“A lot of people think of Asheville as being a mecca for electronic music because of (Moog synthesizer inventor and now-deceased Asheville resident) Bob Moog. We’re trying to do our own thing (with the festival), but this is a good place to do it.”

Moogfest and Mountain Oasis were coincidental to why Waltzer moved here. Nonetheless, he recognized a market for the music and missed staging a festival, so much so that he started one here in 2012, held in Asheville’s Masonic Temple. He had it there for four years before moving it to White Horse Black Mountain three years ago.  

As a regional event, the Asheville Electro-Music Festival and its predecessor grew out of the online community at, a site where musicians talk about and collaborate on music and gear. Members – Waltzer estimates there are tens of thousands of them – seek help with technical and musical problems and peruse an extensive list of archived articles. On the website they can post music, sell instruments, write reviews, stream sound, trade patches and get help building their own synthesizers.

Several of the websites followers wanted to get together and share their music, inspiring Waltzer to create the festival in Philadelphia. Then as now, “we’re all attracted to unusual, experimental, electric and noncommercial music,” he said. “We love music technology, and we love innovative ways to make music, especially electronically.”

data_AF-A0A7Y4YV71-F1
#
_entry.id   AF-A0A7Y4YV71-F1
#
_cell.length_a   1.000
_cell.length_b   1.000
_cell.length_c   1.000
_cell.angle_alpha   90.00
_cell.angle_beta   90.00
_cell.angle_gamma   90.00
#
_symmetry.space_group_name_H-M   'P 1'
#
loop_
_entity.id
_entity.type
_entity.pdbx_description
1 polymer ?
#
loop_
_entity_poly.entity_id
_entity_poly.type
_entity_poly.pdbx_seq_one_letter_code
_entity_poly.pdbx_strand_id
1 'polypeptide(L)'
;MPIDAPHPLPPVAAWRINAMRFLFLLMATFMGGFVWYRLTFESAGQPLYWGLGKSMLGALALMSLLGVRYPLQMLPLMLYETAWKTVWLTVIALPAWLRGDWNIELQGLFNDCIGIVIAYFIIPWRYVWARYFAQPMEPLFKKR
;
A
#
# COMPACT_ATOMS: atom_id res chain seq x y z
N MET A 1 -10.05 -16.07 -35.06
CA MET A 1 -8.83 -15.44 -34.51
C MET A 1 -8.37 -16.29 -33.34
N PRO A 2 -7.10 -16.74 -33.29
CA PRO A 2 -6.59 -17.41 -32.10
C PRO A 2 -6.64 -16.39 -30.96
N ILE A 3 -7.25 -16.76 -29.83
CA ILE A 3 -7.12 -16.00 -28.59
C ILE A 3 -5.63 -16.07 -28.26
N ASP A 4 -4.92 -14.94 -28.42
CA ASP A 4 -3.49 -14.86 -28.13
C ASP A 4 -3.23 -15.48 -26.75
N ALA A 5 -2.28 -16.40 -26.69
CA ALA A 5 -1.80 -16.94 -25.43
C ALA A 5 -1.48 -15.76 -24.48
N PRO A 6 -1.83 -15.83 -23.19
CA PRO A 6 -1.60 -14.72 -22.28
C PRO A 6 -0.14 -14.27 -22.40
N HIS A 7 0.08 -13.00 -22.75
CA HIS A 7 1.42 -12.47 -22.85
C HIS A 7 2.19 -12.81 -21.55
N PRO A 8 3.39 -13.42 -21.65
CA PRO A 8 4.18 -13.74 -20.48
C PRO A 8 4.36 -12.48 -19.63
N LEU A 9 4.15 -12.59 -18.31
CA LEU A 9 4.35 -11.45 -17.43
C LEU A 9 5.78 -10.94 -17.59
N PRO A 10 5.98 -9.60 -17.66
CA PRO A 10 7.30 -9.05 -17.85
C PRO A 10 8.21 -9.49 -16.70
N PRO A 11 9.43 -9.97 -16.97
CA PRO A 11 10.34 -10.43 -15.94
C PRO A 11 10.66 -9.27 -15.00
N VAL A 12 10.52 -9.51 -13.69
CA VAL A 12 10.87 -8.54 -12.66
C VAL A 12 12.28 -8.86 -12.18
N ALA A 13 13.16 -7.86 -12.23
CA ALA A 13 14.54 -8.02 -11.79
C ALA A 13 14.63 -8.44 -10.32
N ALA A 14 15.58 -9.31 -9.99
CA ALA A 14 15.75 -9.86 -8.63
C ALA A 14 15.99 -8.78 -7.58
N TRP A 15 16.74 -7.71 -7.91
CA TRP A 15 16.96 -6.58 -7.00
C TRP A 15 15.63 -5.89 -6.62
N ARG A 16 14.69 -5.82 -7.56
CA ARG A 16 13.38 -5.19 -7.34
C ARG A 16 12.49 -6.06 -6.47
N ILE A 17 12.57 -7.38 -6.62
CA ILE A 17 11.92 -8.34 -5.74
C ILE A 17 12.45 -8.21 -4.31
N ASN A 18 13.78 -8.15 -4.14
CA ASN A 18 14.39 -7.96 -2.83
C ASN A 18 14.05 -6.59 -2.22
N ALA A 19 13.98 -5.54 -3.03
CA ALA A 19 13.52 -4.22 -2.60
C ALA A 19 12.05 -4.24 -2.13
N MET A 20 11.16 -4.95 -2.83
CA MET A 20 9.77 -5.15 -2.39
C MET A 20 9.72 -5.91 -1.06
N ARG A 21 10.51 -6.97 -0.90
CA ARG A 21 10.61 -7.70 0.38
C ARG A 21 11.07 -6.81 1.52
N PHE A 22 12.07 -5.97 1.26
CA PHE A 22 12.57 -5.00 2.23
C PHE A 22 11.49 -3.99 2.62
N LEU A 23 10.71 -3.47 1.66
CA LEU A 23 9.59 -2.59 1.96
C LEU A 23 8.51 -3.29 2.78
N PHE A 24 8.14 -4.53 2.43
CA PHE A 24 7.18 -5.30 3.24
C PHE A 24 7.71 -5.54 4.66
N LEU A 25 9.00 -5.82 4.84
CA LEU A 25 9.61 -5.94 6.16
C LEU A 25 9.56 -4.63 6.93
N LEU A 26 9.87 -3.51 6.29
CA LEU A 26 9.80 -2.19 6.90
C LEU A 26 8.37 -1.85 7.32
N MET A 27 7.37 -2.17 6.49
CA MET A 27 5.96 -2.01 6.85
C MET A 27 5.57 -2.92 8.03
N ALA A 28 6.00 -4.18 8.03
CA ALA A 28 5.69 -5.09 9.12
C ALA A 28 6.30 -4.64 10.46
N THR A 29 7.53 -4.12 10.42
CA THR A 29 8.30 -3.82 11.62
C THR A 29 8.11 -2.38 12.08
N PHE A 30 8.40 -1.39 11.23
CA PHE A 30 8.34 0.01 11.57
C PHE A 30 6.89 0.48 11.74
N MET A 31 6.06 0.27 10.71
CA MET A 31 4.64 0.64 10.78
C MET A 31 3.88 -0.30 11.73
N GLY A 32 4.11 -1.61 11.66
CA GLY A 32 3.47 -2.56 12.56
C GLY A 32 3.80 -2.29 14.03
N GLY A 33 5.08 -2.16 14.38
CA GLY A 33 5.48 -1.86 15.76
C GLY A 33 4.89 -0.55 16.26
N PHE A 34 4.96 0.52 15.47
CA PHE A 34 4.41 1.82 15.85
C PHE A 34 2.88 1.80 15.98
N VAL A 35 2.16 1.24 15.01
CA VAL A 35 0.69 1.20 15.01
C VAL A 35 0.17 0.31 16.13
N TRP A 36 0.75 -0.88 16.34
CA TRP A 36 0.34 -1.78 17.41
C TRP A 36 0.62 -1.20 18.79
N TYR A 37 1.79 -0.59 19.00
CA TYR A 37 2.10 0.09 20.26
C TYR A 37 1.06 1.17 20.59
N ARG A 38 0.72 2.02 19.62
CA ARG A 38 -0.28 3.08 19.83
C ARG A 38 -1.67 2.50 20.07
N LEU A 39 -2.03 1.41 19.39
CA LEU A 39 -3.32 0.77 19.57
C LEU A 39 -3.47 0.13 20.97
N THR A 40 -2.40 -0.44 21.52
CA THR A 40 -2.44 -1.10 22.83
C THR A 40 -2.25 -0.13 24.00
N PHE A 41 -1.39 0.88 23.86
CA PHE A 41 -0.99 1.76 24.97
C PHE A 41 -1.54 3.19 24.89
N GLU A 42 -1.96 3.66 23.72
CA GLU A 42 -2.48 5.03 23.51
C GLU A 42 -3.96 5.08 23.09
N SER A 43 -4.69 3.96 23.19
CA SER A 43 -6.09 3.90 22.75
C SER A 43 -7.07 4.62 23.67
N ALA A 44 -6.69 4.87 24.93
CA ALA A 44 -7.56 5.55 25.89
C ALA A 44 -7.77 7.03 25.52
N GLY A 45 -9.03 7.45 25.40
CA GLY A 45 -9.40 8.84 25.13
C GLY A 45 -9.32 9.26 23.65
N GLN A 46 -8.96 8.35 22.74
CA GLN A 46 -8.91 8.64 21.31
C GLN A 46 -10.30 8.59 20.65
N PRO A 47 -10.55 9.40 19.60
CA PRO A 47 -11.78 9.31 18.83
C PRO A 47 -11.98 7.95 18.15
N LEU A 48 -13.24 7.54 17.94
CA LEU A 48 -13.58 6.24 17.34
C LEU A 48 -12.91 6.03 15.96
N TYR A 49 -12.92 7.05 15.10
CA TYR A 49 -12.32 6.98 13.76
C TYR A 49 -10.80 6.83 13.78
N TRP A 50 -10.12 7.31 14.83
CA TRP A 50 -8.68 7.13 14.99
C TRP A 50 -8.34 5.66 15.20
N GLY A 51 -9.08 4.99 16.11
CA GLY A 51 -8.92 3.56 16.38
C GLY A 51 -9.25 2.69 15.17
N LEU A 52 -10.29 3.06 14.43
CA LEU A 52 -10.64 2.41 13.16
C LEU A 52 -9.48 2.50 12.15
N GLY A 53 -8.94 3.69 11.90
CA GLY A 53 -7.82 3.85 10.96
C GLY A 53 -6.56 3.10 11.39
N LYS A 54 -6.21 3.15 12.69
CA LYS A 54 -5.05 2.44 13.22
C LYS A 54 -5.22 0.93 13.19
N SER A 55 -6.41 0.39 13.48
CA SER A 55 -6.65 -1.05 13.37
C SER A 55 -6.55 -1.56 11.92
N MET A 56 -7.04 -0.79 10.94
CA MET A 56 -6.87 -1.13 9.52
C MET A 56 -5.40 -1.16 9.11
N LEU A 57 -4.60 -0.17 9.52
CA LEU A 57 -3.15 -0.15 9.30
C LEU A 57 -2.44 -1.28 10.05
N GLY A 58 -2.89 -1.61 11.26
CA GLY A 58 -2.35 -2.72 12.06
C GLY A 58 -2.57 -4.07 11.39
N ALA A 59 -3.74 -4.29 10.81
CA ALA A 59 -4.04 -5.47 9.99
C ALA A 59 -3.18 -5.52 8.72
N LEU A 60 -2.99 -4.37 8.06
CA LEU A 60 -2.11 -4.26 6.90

Like the performers in Black Mountain next weekend, the website devotees tend to share “a fierce independence and love for doing it your own way,” Waltzer said, “rather than feed the norms of the music industry.”

Music synthesizers like those you can upload to your phone have come full circle. When Moog was making his first ones, all synthesizers were analog, using circuits to create sounds and made popular by bands like Yes and Emerson, Lake and Palmer. During the 1980s, digital synthesizers were the thing because, like computers (which they essentially are), they were easy to use. Bands such as Talking Heads and Hall & Oates worked digitally synthesized sounds into their music. Now synth acts like Daft Punk and Xeno & Oaklander have warmed to the analog sound, which many musicians prefer for its infinite malleability and retro sound.